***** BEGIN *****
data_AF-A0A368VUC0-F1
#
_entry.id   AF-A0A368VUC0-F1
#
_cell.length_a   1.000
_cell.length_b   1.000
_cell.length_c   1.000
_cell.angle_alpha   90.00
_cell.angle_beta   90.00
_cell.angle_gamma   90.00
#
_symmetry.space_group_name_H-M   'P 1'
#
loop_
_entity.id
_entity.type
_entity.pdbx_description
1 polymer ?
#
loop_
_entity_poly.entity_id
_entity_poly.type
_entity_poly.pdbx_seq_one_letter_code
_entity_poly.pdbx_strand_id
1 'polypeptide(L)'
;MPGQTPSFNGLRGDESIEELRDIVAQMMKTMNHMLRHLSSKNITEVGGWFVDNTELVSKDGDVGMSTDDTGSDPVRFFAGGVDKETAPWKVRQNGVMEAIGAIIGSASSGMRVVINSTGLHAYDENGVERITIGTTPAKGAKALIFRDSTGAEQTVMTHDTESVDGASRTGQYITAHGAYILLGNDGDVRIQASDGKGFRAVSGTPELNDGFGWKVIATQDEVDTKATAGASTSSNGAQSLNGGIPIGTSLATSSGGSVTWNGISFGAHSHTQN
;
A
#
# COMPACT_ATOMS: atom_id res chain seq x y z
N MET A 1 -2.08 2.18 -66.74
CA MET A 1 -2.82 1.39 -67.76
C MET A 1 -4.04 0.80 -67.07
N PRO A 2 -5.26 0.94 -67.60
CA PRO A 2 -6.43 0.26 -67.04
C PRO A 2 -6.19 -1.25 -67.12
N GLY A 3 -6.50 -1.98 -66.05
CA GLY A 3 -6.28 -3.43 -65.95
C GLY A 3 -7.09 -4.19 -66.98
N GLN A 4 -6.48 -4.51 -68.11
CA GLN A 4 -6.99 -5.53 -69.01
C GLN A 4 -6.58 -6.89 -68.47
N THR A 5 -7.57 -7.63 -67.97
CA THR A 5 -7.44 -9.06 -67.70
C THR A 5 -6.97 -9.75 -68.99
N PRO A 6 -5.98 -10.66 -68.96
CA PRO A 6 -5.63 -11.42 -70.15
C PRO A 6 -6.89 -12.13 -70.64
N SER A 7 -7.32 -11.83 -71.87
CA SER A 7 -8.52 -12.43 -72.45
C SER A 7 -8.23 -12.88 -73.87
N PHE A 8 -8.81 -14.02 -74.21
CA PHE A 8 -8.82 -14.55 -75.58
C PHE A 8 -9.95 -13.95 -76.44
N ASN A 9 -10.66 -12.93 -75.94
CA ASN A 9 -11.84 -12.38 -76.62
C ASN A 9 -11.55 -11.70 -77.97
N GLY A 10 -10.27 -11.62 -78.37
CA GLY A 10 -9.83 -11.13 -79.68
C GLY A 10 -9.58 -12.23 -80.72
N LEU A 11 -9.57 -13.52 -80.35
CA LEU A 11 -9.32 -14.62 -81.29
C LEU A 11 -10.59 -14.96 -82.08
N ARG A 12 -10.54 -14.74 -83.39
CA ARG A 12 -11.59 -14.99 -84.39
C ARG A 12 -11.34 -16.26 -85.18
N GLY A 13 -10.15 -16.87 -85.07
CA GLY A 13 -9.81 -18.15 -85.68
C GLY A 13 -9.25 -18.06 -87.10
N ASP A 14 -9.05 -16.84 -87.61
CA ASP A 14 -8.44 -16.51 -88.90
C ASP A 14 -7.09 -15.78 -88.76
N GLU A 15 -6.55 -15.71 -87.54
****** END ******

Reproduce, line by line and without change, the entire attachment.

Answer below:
data_AF-A0A368VUC0-F1
#
_entry.id   AF-A0A368VUC0-F1
#
_cell.length_a   1.000
_cell.length_b   1.000
_cell.length_c   1.000
_cell.angle_alpha   90.00
_cell.angle_beta   90.00
_cell.angle_gamma   90.00
#
_symmetry.space_group_name_H-M   'P 1'
#
loop_
_entity.id
_entity.type
_entity.pdbx_description
1 polymer ?
#
loop_
_entity_poly.entity_id
_entity_poly.type
_entity_poly.pdbx_seq_one_letter_code
_entity_poly.pdbx_strand_id
1 'polypeptide(L)'
;MPGQTPSFNGLRGDESIEELRDIVAQMMKTMNHMLRHLSSKNITEVGGWFVDNTELVSKDGDVGMSTDDTGSDPVRFFAGGVDKETAPWKVRQNGVMEAIGAIIGSASSGMRVVINSTGLHAYDENGVERITIGTTPAKGAKALIFRDSTGAEQTVMTHDTESVDGASRTGQYITAHGAYILLGNDGDVRIQASDGKGFRAVSGTPELNDGFGWKVIATQDEVDTKATAGASTSSNGAQSLNGGIPIGTSLATSSGGSVTWNGISFGAHSHTQN
;
A
#
# COMPACT_ATOMS: atom_id res chain seq x y z
N MET A 1 -2.08 2.18 -66.74
CA MET A 1 -2.82 1.39 -67.76
C MET A 1 -4.04 0.80 -67.07
N PRO A 2 -5.26 0.94 -67.60
CA PRO A 2 -6.43 0.26 -67.04
C PRO A 2 -6.19 -1.25 -67.12
N GLY A 3 -6.50 -1.98 -66.05
CA GLY A 3 -6.28 -3.43 -65.95
C GLY A 3 -7.09 -4.19 -66.98
N GLN A 4 -6.48 -4.51 -68.11
CA GLN A 4 -6.99 -5.53 -69.01
C GLN A 4 -6.58 -6.89 -68.47
N THR A 5 -7.57 -7.63 -67.97
CA THR A 5 -7.44 -9.06 -67.70
C THR A 5 -6.97 -9.75 -68.99
N PRO A 6 -5.98 -10.66 -68.96
CA PRO A 6 -5.63 -11.42 -70.15
C PRO A 6 -6.89 -12.13 -70.64
N SER A 7 -7.32 -11.83 -71.87
CA SER A 7 -8.52 -12.43 -72.45
C SER A 7 -8.23 -12.88 -73.87
N PHE A 8 -8.81 -14.02 -74.21
CA PHE A 8 -8.82 -14.55 -75.58
C PHE A 8 -9.95 -13.95 -76.44
N ASN A 9 -10.66 -12.93 -75.94
CA ASN A 9 -11.84 -12.38 -76.62
C ASN A 9 -11.55 -11.70 -77.97
N GLY A 10 -10.27 -11.62 -78.37
CA GLY A 10 -9.83 -11.13 -79.68
C GLY A 10 -9.58 -12.23 -80.72
N LEU A 11 -9.57 -13.52 -80.35
CA LEU A 11 -9.32 -14.62 -81.29
C LEU A 11 -10.59 -14.96 -82.08
N ARG A 12 -10.54 -14.74 -83.39
CA ARG A 12 -11.59 -14.99 -84.39
C ARG A 12 -11.34 -16.26 -85.18
N GLY A 13 -10.15 -16.87 -85.07
CA GLY A 13 -9.81 -18.15 -85.68
C GLY A 13 -9.25 -18.06 -87.10
N ASP A 14 -9.05 -16.84 -87.61
CA ASP A 14 -8.44 -16.51 -88.90
C ASP A 14 -7.09 -15.78 -88.76
N GLU A 15 -6.55 -15.71 -87.54